I was up early and was surprised to see that directly in front of the boat there had been three turtle crawls and probably nests. This is peak nesting season for the hawksbill turtles and the fresh tracks were not just in front of our boat. My Dad had counted over 80 tracks on the 14 mile beach along the coast a few days earlier. I hope this many nests will help them steer clear of extinction which is a very real possibility for the sea turtles.
After some breakfast i put up the awnings and decided motor south to Palmetto Point where the Beach House hotel sits derelict in some sort of bankruptcy. The point is such a beautiful area and the views are just as good as they get on this coast. While on the way there I let out a line and managed to get hooked into a big barracuda. My girlfriend fought it for some time to get it close enough for me to handle it and release the fish. She said it was her first proper fish ever which surprised me. Hard core environmentalists don't do too much fishing i guess:) Too bad for them. hehe
From here we turned East moving into more choppy water as we cruised up past Coco Point miles up the coast, then through the reef and into Spanish Point where the water colours always amaze me. We dropped the hook in between two sets of powerboats which were rafted up inside the reef. One set was my Uncle Nick and a few of his friends and the other set was some family friends from Guadeloupe. I think Francis, the head of that group had been to high school with my Dad and uncles for a term during high school and occasionally comes to Antigua for fishing tournaments.
Uncle Nick and a few others came over to check out the boat and say hi. He said he liked how Ocean Nomad looked and spoke about getting a sailing vessel too. Afterwards we took the tender to the shore and went on a walk over the point and towards the East Coast. One of my favorite things to do in Barbuda is walking on the windward side collecting shells and interesting bits and pieces. It was late in the afternoon and we would only walk to Griffin Point which is where one of hundreds of ships were wrecked along the dangerous windward side of Barbuda. HMS Griffin hit the reef like many other boats during the colonial period and sank with all its cannons and ballast just off the shore. I found this after quite a bit of googling. Seems as though there was a more recent HMS Griffin.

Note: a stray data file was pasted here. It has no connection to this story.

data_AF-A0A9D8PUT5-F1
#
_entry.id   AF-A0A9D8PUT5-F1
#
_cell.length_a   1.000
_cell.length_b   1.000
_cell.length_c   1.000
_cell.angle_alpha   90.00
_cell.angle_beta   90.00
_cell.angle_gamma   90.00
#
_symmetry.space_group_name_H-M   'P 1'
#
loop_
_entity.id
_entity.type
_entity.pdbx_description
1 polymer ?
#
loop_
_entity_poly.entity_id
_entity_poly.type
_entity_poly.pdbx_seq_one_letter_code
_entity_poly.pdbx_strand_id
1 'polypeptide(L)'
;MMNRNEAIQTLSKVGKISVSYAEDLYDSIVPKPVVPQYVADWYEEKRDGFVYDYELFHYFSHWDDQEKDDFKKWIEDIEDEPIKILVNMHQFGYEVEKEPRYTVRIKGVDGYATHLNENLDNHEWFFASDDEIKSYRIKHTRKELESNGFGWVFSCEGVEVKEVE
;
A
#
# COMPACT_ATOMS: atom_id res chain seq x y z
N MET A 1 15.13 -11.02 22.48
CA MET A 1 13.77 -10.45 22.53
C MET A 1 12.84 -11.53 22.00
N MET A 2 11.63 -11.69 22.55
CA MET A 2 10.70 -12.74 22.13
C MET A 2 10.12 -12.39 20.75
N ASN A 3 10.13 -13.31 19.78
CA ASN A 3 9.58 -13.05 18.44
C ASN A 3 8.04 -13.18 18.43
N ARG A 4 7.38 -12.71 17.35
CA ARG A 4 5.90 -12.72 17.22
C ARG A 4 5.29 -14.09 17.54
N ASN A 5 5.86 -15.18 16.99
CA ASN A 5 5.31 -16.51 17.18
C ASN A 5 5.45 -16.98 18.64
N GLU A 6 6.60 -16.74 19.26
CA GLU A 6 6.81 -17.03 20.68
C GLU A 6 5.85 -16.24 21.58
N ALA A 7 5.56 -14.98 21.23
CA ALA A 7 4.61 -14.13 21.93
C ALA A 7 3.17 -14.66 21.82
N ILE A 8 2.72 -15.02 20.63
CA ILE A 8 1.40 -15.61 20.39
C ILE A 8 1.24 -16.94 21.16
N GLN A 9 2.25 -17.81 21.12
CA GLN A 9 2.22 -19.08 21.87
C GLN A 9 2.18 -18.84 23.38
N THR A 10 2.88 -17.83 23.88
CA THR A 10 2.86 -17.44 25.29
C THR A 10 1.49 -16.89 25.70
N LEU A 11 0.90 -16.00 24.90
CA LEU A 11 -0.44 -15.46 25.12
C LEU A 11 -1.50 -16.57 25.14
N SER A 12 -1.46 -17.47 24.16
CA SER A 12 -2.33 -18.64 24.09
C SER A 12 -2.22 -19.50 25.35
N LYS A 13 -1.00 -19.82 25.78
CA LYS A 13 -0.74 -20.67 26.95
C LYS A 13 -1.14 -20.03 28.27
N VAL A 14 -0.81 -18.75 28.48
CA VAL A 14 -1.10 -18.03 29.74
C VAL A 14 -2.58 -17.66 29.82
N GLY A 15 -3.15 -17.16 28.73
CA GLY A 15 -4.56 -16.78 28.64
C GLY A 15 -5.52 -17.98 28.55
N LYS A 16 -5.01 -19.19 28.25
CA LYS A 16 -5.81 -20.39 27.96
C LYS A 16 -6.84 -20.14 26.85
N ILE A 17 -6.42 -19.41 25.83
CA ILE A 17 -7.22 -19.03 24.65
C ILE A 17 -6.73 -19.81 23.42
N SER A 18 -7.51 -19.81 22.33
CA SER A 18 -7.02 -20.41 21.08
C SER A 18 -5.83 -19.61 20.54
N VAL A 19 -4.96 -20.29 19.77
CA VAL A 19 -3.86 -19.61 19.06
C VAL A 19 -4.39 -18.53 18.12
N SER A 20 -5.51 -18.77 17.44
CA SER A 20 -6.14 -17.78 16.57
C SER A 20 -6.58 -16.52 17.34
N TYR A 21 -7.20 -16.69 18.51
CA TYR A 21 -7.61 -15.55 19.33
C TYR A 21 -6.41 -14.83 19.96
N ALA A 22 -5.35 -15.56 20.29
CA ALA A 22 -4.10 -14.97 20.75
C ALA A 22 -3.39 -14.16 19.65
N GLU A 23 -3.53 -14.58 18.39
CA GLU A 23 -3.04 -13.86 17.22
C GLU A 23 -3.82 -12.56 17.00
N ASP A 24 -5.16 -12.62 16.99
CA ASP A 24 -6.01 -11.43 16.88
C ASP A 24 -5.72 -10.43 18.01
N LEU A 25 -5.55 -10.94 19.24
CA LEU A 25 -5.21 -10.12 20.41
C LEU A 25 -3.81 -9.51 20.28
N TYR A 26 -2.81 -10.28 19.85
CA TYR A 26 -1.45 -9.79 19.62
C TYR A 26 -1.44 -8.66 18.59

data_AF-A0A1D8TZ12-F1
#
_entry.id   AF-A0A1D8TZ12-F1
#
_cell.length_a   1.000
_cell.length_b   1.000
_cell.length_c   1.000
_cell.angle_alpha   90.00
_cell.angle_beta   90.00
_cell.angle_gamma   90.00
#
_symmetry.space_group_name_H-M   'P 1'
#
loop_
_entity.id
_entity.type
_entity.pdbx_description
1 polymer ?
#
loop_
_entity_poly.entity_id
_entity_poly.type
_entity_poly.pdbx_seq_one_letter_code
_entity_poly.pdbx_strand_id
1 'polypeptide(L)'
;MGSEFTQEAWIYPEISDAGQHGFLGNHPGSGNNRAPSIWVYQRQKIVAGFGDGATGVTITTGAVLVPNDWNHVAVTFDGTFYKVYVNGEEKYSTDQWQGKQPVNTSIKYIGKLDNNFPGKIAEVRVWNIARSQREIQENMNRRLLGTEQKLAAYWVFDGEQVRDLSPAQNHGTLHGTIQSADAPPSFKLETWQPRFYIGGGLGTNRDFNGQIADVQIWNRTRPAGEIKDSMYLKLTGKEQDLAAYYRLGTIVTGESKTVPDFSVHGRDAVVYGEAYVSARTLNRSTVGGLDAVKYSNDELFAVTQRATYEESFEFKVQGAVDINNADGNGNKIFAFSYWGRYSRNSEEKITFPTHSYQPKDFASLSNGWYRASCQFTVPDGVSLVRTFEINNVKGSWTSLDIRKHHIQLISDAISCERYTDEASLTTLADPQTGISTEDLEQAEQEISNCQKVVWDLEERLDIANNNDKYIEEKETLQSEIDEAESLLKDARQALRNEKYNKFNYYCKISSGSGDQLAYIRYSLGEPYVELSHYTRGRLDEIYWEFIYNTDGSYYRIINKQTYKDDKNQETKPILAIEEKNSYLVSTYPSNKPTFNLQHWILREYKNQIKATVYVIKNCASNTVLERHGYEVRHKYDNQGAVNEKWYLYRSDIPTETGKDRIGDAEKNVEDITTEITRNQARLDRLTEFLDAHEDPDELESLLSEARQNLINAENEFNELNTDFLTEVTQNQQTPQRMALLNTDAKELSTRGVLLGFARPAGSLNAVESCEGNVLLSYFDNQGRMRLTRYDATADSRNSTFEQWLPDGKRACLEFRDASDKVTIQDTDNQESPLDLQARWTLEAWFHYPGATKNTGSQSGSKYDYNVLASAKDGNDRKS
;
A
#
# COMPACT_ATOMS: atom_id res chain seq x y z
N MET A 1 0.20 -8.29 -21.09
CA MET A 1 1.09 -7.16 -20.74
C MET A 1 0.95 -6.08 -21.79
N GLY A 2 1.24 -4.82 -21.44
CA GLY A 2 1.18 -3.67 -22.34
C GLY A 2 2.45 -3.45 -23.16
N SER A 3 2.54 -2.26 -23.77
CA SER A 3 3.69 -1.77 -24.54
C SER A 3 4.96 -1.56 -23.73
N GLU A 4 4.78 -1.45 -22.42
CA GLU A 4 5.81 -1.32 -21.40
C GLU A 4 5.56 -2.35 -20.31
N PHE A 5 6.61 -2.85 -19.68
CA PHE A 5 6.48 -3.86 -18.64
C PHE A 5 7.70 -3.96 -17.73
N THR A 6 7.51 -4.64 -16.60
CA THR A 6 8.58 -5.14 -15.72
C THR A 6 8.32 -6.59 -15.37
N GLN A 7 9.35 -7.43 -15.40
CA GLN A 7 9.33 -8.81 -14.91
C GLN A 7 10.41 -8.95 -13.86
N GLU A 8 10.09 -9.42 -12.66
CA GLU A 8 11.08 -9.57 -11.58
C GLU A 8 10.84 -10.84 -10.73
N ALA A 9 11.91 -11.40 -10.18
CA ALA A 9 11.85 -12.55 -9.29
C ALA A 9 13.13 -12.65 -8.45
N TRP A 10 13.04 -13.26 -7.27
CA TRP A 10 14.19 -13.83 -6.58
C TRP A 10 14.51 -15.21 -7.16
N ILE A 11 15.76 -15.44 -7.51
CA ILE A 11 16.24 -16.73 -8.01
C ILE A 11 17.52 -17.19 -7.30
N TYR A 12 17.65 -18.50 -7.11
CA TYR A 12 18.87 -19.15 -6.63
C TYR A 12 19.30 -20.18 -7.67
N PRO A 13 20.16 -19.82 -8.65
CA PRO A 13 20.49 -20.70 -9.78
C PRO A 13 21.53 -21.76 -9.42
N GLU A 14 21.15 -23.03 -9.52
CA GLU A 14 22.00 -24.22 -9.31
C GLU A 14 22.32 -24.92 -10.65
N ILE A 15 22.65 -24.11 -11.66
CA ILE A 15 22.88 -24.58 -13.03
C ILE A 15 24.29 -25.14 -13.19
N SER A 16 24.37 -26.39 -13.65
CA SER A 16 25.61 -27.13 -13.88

"James Soaper : A Midshipman, on board HMS Griffin 1761, a 6th rate ship or frigate of 28 guns, she was lost shortly after 9 p.m., in the dark, on October 27, 1761. The ship had left Bermuda weeks earlier, had been on the high seas far away from land and, at the time she was lost on the reefs on the northeast coast of Barbuda, the captain believed (based on his reckoning)that he was more than 25 leagues off that island. "Morning : when closer to Barbuda than believed by its reckoning, Cpn. Taylor spots two suspect sails which he takes to be French privateers and starts chase. The chase goes until the night when two lights appear supposed to be the ones of the supposed French privateers. These are followed until the ship runs on the rocks, on northeastern point of Barbuda. Attempts are made to anchor, the cables part, the ship runs on the rocks and is evacuated. The captain remains alone apparently on his disintegrating ship until 4 pm on October 28. Nothing can be saved from the wreck. Three able seamen, William Cribb, Samuel Bond and Francis Amandis, have been drowned in the shipwreck"." From this site.
The point is such a lovely place as it's very close to the breakers and barrier reef which stretches all along the windward shore. You can easily see how people could get killed in the waters there though. I have snorkeled there on the wreck several times and the currents and waves remind you of the danger constantly.